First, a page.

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  • Zama

    Zama

    ★★★★

    This review may contain spoilers. I can handle the truth.

    [8]

    Undoubtedly different from the rest of Lucrecia Martel's highly idiosyncratic filmography, Zama is nevertheless every inch a Martel film. Not only is it the work of a master, with each and every cut and framing so perfect as to feel somehow holy writ. It is, much like La Cienaga and The Holy Girl, a droning symphony of waiting, a study in suspension. And, like The Headless Woman, Zama is centered on a protagonist whose sense of entitlement is so…

  • The Force

    The Force

    ★★½

    [5]

    As a statement on current affairs, Peter Nicks' The Force is valid in every way. But watching the film, I could not help but wish he had been willing or able to go further in his analysis. By primarily restricting his vantage point to the daily grind of policing (academy lessons, squad car calls, paperwork), there's a sense that the documentary is always playing catch-up. Nicks makes the most of the access he is given, but that means that…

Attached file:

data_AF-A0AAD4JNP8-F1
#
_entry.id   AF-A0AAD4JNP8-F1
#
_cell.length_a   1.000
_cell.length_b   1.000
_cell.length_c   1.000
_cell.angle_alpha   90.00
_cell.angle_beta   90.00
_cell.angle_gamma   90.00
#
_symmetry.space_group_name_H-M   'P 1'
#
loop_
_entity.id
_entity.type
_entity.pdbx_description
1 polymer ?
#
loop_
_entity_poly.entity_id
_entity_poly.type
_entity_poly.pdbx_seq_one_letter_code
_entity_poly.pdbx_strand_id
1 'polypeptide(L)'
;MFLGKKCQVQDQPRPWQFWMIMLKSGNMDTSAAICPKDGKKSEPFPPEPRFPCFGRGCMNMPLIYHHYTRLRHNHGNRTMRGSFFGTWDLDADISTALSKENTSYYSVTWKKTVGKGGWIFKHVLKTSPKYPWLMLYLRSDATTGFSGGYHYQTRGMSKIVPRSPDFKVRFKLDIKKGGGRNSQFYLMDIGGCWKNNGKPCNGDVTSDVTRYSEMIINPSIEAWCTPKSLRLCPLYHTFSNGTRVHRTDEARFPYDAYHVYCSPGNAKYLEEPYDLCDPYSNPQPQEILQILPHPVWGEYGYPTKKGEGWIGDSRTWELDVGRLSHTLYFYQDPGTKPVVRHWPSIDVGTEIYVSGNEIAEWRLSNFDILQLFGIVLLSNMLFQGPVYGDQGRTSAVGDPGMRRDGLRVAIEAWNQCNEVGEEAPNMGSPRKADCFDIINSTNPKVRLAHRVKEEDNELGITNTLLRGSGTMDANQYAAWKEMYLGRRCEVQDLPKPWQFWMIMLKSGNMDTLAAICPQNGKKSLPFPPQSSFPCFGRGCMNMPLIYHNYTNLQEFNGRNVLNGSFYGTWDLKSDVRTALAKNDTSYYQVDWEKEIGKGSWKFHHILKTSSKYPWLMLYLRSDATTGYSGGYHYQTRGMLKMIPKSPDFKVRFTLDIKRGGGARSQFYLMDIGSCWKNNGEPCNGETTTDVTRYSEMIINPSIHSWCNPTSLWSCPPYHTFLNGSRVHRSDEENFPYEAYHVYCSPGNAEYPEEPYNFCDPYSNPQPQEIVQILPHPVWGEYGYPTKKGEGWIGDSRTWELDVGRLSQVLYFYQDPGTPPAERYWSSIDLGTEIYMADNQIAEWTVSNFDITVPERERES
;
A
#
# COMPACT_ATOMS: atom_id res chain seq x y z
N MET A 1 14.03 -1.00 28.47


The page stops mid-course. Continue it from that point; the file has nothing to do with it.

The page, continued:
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  • Creepy

    Creepy

    ★★★

    [6]

    I miss the old Kiyoshi. The can't-be-sold Kiyoshi. Back in the fold Kiyoshi. That was the bold Kiyoshi. Remember Cure Kiyoshi? That wasn't your Kiyoshi? 'Cause that was my Kiyoshi. Damn, that was fly, Kiyoshi! You came with Kairo, Kiyoshi. That shit was fire, Kiyoshi! Even Bright Future Kiyoshi, that ill repute Kiyoshi. I dug it all, Kiyoshi. So why'd you stall, Kiyoshi? And then that Journey to the Shore? You got some gall, Kiyoshi!

    I miss the real…

  • The Imitation Game

    The Imitation Game

    ★★

    [4]

    If you happen to follow my Twitter feed, you'll know that I've already gotten a bit hot and bothered about this film. In retrospect, it was probably a good deal of energy wasted, or at least misdirected. I tend to forget that useless dreck like The Imitation Game is pimped on every streetcorner around Oscar season by an industry that considers movies as product, not art. Most of the time, that product is slathered in Adam Sandler, and it…